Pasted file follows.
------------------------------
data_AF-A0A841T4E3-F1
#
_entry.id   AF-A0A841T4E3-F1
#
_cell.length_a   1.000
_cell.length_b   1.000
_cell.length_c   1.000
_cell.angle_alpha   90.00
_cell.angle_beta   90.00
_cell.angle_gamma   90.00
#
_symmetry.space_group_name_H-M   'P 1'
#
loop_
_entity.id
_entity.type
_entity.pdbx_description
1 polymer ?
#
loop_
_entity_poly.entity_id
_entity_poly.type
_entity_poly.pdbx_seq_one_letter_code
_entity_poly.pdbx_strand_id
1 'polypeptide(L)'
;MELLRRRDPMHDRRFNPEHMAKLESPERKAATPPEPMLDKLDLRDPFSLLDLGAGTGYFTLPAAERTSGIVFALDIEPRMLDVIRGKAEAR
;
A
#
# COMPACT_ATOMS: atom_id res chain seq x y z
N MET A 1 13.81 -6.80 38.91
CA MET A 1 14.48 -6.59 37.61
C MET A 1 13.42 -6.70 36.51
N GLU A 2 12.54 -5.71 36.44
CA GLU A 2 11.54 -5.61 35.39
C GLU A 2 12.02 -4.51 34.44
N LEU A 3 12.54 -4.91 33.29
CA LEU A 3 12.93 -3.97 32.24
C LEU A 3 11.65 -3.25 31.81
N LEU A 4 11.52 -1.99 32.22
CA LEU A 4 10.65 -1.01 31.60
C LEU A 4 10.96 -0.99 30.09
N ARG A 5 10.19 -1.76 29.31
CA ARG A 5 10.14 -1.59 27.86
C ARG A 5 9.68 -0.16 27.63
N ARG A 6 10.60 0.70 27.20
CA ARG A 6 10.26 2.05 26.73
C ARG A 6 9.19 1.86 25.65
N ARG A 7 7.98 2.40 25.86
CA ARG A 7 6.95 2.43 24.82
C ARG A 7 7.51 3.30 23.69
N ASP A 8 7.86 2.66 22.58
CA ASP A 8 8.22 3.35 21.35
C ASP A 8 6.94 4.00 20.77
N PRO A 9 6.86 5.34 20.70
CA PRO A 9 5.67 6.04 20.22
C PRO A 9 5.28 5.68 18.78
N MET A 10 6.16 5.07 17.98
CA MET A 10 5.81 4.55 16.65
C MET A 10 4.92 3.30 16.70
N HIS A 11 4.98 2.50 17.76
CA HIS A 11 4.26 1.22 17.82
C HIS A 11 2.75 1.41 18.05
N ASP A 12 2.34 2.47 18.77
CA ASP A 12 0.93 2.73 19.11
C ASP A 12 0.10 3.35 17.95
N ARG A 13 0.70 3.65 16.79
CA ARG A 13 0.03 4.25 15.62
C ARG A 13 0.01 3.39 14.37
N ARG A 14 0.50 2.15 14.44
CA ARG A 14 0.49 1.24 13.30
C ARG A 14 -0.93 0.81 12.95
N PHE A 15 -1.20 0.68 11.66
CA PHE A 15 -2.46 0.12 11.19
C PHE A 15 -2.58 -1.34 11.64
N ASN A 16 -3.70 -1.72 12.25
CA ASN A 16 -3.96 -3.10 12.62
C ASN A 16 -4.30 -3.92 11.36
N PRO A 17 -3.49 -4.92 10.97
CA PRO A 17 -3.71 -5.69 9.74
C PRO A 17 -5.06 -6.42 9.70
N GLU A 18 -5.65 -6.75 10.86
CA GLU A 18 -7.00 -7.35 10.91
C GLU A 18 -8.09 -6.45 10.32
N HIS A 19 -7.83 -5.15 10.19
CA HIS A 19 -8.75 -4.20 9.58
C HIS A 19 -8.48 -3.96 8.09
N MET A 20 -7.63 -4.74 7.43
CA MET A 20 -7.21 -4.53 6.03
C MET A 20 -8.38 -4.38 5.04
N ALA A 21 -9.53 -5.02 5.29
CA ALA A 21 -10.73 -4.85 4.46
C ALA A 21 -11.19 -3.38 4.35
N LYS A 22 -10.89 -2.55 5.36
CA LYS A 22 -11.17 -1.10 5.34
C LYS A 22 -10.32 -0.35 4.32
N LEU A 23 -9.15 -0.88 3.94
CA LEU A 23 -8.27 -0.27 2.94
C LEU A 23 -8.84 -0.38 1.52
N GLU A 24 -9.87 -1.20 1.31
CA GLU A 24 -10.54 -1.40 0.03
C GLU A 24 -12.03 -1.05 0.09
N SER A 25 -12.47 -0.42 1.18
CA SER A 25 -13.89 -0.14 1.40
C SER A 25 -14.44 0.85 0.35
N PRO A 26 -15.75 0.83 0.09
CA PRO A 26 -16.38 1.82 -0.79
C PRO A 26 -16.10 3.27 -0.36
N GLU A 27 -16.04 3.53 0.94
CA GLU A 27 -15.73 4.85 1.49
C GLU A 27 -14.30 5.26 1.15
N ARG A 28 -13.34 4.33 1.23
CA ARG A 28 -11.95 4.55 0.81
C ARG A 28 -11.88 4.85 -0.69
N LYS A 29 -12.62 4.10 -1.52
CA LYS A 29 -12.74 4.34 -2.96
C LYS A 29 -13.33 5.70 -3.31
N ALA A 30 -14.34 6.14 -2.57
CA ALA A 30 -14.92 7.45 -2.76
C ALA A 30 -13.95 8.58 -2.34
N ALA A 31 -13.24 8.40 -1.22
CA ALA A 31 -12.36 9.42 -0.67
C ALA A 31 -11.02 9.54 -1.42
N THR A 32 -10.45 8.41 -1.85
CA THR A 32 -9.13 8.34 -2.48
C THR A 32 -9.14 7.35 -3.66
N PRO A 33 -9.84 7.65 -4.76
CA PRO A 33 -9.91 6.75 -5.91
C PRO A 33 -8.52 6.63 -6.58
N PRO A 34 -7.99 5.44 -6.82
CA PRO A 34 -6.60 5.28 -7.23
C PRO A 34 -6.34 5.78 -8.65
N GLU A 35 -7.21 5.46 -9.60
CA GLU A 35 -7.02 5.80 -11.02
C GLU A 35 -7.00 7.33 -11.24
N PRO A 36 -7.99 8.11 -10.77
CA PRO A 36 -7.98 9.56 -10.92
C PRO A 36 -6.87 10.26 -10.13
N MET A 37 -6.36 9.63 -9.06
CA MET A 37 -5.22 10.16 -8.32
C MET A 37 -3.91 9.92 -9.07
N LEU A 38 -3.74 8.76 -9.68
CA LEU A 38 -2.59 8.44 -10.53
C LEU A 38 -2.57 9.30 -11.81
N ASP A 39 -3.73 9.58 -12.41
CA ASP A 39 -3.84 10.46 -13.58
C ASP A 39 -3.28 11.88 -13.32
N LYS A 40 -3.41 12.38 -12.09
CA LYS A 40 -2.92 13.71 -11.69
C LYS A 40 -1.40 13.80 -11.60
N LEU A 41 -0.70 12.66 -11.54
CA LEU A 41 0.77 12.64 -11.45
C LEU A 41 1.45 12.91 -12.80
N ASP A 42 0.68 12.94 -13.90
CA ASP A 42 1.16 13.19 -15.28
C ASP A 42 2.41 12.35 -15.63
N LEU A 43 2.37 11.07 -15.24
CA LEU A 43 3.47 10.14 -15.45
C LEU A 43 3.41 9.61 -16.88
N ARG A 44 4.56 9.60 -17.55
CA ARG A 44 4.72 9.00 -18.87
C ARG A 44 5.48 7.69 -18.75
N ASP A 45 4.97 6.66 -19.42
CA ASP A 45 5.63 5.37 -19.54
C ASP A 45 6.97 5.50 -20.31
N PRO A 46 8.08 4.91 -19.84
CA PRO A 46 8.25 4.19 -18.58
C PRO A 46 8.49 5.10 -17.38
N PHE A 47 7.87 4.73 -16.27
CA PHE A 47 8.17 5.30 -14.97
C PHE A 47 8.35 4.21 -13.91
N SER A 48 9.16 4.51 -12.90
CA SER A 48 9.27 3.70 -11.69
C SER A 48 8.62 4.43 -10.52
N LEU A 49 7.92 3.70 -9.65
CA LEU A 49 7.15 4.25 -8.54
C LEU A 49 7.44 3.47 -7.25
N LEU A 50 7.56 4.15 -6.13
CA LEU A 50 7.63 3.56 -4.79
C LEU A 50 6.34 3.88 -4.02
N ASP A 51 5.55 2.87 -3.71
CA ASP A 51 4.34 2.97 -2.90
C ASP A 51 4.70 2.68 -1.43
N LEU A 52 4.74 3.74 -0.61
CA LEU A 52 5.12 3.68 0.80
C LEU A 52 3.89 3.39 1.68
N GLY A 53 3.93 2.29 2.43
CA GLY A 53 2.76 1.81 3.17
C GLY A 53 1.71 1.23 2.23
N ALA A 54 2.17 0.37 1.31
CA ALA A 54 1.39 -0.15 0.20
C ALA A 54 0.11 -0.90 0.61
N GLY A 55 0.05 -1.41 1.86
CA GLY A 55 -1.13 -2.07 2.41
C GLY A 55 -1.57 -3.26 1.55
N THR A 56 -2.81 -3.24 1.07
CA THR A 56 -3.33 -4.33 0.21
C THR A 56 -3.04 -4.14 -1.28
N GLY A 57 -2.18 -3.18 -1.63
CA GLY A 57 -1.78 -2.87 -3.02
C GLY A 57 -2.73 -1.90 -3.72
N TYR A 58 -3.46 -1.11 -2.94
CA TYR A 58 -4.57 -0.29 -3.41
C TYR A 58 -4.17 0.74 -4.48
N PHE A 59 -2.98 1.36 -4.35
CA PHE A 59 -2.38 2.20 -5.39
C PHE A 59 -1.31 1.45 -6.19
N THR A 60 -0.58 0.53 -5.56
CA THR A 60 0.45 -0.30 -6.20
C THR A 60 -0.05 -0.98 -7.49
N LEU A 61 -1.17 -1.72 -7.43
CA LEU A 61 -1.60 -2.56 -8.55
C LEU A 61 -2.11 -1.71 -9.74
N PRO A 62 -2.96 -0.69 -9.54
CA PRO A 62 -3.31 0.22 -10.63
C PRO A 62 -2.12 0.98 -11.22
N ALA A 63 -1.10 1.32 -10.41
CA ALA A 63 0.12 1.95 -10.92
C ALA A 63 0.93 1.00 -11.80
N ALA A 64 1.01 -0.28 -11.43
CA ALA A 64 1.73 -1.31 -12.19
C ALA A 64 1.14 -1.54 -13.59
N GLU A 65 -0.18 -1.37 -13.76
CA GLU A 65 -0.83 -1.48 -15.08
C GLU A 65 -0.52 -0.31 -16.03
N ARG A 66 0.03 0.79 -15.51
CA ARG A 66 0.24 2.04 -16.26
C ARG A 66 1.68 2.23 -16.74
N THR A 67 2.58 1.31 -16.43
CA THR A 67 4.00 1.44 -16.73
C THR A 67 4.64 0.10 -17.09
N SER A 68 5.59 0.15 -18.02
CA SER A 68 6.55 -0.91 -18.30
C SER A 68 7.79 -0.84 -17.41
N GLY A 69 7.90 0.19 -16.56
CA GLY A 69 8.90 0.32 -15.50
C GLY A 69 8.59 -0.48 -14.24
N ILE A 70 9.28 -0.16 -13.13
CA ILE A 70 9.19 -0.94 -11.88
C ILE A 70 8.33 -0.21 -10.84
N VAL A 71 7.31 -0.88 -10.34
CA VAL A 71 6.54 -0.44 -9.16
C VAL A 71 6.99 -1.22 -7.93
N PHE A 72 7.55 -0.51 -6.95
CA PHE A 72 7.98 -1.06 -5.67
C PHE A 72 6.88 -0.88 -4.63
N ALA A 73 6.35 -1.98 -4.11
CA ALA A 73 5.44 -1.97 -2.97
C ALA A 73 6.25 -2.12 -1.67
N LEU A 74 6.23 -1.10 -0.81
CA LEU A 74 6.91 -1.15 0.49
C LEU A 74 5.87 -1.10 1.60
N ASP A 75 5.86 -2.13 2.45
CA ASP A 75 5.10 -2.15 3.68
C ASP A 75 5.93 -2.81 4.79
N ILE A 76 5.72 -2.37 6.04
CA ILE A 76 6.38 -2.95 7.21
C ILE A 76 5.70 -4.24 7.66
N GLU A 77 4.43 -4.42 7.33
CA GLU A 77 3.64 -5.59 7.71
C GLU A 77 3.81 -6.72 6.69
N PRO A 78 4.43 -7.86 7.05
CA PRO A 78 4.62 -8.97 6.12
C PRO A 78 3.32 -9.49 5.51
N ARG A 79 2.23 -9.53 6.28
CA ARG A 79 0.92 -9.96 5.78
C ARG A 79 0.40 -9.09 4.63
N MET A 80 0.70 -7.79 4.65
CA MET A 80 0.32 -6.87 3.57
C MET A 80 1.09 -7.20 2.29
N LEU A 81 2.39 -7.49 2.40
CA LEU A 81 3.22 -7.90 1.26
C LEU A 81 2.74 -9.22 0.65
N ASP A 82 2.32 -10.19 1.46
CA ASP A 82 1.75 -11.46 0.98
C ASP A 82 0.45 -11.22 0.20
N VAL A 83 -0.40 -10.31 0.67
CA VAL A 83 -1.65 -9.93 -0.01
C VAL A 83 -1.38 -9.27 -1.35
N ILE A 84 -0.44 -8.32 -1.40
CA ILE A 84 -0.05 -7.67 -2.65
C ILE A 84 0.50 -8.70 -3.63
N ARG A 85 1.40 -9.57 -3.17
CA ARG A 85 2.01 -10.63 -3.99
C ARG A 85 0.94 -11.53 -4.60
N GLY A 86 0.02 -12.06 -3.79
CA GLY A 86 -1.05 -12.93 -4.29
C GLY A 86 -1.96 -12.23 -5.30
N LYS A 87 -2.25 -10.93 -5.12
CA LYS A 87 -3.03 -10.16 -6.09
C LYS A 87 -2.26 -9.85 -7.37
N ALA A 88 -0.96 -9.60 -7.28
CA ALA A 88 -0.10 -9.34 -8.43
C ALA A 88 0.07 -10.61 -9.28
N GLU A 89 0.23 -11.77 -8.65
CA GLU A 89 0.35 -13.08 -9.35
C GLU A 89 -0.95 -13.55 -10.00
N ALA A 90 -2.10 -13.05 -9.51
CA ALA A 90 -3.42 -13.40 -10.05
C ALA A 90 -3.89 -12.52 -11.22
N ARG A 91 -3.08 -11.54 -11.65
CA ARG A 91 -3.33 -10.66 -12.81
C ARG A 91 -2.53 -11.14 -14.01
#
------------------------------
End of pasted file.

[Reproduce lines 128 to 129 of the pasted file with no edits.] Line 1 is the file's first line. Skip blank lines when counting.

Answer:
CA PRO A 33 -9.91 6.75 -5.91
C PRO A 33 -8.52 6.63 -6.58